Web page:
This piece was written during the 2023 WGA and SAG-AFTRA strikes. Without the labor of the writers and actors currently on strike, the movie being covered here wouldn’t exist.
Starring Cillian Murphy in his best performance to date, Christopher Nolan’s Oppenheimer is an explosive character study unlike any other.
For a film clocking in at almost exactly three hours, it’s initially troubling when Oppenheimer opens with some of Christopher Nolan’s most confounding storytelling devices since his last film, Tenet. Janky pacing, elaborate yet robotic dialogue, seemingly whimsical lens filters with no immediate rhyme or reason, and a frenetic attention to detail that has you wondering if we really needed the sound of liquid hitting a cup to be amped up this many decibels and for what purpose besides 70mm IMAX aesthetic derring-do? Yet there’s probably no other way for a modern film to somewhat accurately reflect the bombastic inner turmoil of brilliance hampered by morality. And by the film’s end, you’ll doubt Oppenheimer could’ve been this good as anything else but what it is.
Cillian Murphy doesn’t just play J. Robert Oppenheimer, the real-life “Father of the Atomic Bomb,” he fully inhabits the man for all he’s worth, which is quite a lot. Murphy has had years of fun over the last decade on screens big and small, capitalizing on his inherently compelling charm mixed with snide cynicism. But here he is no scarecrow or privileged brat. Well, maybe he’s a little of both. As some in the film describe him, he’s a womanizing Communist sympathizer whose adept hand at bringing quantum physics to America has earned him enough prestige to skate by as the director of Los Alamos, an extension of the Manhattan Project aimed at developing an atomic bomb during WWII before the Nazis get there first.
“…this is the most important thing to happen in the history of the world.”
At one point during Oppenheimer, you might wonder if even you’re in this movie as well. The ensemble cast is as expansive as the runtime, boasting Matt Damon as the general who spars with Oppenheimer over the logistics of the project. Florence Pugh is his Communist paramour aiming to reignite an affair outside the gaze of Emily Blunt as his wife. The film often flashes backward and forward in time, usually recounting the aftermath of Los Alamos with Robert Downey Jr. as a scheming politician trying to make sense of Oppenheimer’s legacy alongside his aide, Alden Ehrenreich.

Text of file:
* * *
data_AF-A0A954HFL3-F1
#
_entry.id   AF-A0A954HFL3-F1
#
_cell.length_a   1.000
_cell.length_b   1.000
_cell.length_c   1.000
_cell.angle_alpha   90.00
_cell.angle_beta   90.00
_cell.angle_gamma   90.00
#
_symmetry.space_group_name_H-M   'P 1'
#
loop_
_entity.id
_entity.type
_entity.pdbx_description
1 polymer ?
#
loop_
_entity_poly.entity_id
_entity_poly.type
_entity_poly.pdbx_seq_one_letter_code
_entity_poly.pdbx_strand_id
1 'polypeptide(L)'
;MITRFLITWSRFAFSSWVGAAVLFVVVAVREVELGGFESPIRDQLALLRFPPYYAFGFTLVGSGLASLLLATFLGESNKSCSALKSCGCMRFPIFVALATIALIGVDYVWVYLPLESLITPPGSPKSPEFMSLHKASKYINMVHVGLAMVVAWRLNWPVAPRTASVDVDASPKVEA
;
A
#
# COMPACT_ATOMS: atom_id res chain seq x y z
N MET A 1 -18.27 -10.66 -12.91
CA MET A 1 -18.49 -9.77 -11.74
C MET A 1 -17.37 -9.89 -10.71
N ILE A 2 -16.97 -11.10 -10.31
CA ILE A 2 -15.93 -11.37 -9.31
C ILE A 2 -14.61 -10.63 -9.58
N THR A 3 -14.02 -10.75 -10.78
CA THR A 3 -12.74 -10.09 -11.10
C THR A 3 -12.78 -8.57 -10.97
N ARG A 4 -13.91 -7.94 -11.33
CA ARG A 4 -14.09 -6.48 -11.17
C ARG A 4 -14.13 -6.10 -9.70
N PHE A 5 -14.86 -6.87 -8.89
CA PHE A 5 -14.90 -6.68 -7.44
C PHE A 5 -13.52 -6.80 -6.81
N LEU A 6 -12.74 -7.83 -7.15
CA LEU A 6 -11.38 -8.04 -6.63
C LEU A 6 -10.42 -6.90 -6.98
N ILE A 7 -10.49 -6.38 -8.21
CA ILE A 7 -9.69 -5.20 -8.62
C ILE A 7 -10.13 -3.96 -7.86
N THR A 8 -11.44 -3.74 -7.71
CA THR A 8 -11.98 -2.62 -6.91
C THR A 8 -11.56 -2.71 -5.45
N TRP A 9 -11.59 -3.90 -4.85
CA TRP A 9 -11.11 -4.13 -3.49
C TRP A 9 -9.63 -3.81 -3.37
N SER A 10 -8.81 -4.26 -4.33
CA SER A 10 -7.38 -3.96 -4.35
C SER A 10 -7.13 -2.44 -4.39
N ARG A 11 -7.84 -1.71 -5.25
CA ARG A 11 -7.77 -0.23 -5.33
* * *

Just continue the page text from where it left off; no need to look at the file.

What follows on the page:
The scientists brought into the project include many familiar faces — Benny Safdie, Olivia Thirlby, Josh Peck, and Jack Quaid, to name a few — with Casey Affleck, Rami Malek, and Jason Clarke taking up even more space throughout. It’s a wonder a biographical movie with so many dynamic actors flowing in and out of frame can still be so thoroughly devoted to the exact nature of a single, yet momentous man. Though this is where Oppenheimer loses touch with its own genius.
“This is a matter of life and death.”
The ambiguity of Oppenheimer’s actions both before, during, and after Los Alamos is likely its most compelling appeal as a story, in this case adapted from his actual 2005 biography American Prometheus by Kai Bird and Martin J. Sherwin. Because this is a visual medium, however, his inherent mystique gives way to a jarring moral clarity that contradicts the stance the man tried to martyr himself for in the wake of the Cold War. That is, the silent war between unrelenting American patriotism and a commitment to the protection of free speech and dissent. While the film can be cathartic in its heroic grandstanding toward the latter, it loses some of its ability to preach its important message more effectively.
But at the very least, Nolan — who both wrote and directed the film — saves his best tricks for the second half. In his fourth collaboration with cinematographer Hoyte van Hoytema, who most recently worked on last year’s Nope, Nolan eschews most of his worst tendencies in Tenet and evolves the playful techniques he experimented with in Dunkirk. Namely a spinning of time and place using cinematic language, such as various black-and-white shades to tell more about perspective, mood, and morality itself than the exact time and place. During the development of the bomb, the world is colorful. It’s varied, vibrant, and full of potential. Later on it is cold, calculating, and merciless, with the exception of certain deposition scenes using color to showcase Oppenheimer’s resolve in the face of new threats.
“I can perform this miracle.”
Not everything flows gracefully, however, particularly the erratic shifting of aspect ratio, which IMAX viewers will probably find the most glaring. But these imperfections are easy to forgive when Nolan punctuates his second act, for example, with an unforgettable “victory speech” that uses the mere presence of sound and suggestion (aided by Ludwig Göransson’s incredible score) to put us squarely in the shoes of a man in absolute crisis.
Despite its exhaustive length, Oppenheimer moves so quickly and with so much confidence, it manages to just barely avoid being too tiresome to appreciate. To the point where it’s actually easy to yearn for maybe just a little more attention to the science of what they’re doing, shown more practically and with tactile impact. The film does this in spurts, to be fair, but by the time the bomb itself becomes the reality we already know, almost all of the logistical obstacles have disappeared while the film focused us on all the emotional drama and future-politicking. Still, Oppenheimer is a return to form that Nolan desperately needed, and perhaps we needed as well. Because it proves that blockbusters can still be the bomb, without being nothing but box office bombs.
Oppenheimer opens in theaters on July 21. Watch the trailer here.
OPPENHEIMER - 8.5/10